The Holiday Show at the Radius Gallery might double as one of the biggest group art shows in downtown Missoula. Now in its seventh year, it still is, even though they had to “pare back” due to COVID-19.
“This is about half the artists as usual, but that’s still super-ambitious to have a 60-person art show under these conditions,” said co-owner Lisa Simon.
The plan is still the same: An eclectic invitational show, with a lot of affordable, smaller pieces priced as gifts in the under $500 range.
It’s the gallery’s first Holiday Show in its new two-story building on Higgins Avenue, which is also home to the Relic Gallery, and, in the alley facing the Merc, the Allez! mural project, where temporary murals can be installed.
Last year, Simon estimated that 700 people showed up for the holiday opener, including artists and their families. Even with the extra space, they’ve had to devise a safety-minded system to guide people through the gallery during the first weekend.
They’re asking people to go to radiusgallery.com and reserve a 15-minute arrival window. “Four people (max) will be admitted to the gallery every 15 minutes to keep the total number of concurrent visitors low—i.e. 8-12 at any one time,” the site says. That will still allow visitors to see the show for about 30 to 60 minutes.
They’ve also been working on a designated route that will take you through the main floor, then upstairs to the more ceramics-focused gallery, through to the Relic Gallery, a space curated with interesting art, antiques and curiosities owned by building owner Brian Sippy and national appraiser Tim Gordon.
Then you’ll head back down a separate stairwell and through another exit. You can reserve an item to buy, but won’t be able to pick it up until later.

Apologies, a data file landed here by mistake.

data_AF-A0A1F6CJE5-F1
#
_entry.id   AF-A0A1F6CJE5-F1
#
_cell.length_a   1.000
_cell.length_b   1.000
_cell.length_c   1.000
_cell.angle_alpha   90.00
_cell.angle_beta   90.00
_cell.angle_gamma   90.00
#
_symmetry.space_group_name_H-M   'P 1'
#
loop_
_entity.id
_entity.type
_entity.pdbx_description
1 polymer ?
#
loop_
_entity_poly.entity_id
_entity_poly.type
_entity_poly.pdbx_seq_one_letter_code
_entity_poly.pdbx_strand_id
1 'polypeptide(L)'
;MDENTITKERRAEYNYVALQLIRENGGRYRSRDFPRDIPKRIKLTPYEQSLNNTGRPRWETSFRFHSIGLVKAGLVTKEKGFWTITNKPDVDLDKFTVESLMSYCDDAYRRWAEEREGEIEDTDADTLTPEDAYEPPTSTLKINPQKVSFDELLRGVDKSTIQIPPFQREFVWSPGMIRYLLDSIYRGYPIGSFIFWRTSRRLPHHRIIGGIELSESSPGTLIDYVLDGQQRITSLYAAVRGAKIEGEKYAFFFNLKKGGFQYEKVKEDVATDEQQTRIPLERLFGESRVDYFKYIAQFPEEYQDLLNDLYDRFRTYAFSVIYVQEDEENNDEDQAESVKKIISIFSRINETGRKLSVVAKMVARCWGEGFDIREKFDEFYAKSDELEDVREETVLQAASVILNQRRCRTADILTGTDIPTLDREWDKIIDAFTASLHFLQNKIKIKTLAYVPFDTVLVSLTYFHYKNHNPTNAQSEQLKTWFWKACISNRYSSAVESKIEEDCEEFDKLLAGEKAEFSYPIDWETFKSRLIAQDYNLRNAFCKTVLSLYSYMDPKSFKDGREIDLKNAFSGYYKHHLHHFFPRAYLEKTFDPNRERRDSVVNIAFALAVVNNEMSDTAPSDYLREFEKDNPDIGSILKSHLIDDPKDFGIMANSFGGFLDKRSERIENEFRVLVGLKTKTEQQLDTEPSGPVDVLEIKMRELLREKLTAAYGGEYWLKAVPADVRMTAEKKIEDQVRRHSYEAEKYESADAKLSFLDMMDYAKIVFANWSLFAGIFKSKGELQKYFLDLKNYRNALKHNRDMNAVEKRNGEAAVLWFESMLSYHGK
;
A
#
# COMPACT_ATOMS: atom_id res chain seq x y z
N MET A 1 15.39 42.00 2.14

Along the way, you’ll see hundreds of pieces, the bulk made by locals or regulars.
“One of the things that I hope people are getting out of coming to the show cumulatively, is knowing who the artists in the community are because they see their work at least once a year,” Simon said.
Peer around the gallery, and familiar handiwork is everywhere.
Hadley Ferguson painted a series of magic-hour landscapes over hills, fields and lakes. Theo Ellsworth created woodcuts of wide-eyed creatures with his signature linework. Barb Schwarz Karst, a retired art teacher who’s won awards for her detailed portraits, has been making abstract paintings with meditative line work and a minimal palette. They’re small-scale with outsized impact, a theme for the show. You can also see that quality in a series of prints by Frank Finley, who teaches art at Salish-Kootenai College.
Downstairs and upstairs are lined with cups — splashy surfaces by Josh DeWeese, hand-drawn illustrations by Donna Flannery and Shalene Valenzuela, geometric patterns by Andrew Avakian and Nicholas Danielson. There are sculptural ceramics, too. Jon Bonnicksen, whose white rake-fired rabbit busts were popular last year, tried a new technique to make a black one, with white tethering around the edges of its elongated upright ears.
Susan R. Carlson, who assembles her pieces from found objects, has conjured several sculptures that, while they have a cheerful palette and items, remain cryptic. In one shallow box, portions of maps of places around the world are joined by dice, an eight-ball, airplanes, and tiny Airstream vehicles, a nostalgia-inducing view of the former freedom of travel that doesn’t directly allude to current events.
Since the objects she uses appear vintage, it feels timeless, like something that could’ve been made 30 years ago, 12 months ago, or last month.
After it opened in its original location on East Main Street, the gallery has been taking notes, basing its plans on community response and needs, Simon said.
Co-owner Jason Neal, said it was “six years trying to figure out patterns in terms of what shows are successful and what times of year have more walk-in traffic.”
Since the pandemic, “it seems like all that is sort of out the window,” but they’ve maintained a regular schedule of exhibitions without canceling or shortening any.
They’ve redesigned their website to make it more user-friendly and easy to order. They used to view the site as a way to reach people outside of the area.
Now, “it’s a way to reach people who can’t leave their homes in Missoula,” Simon said.
It’s a demanding time for artists as well. Many have seen exhibitions elsewhere canceled and are sending extra work.
They’ve even had to stagger the drop-off times because of COVID. As many artists come by, it might be the first time they’ve been through all year.
“It’s a very social show, that’s why it might be kind of strange this year,” Simon said.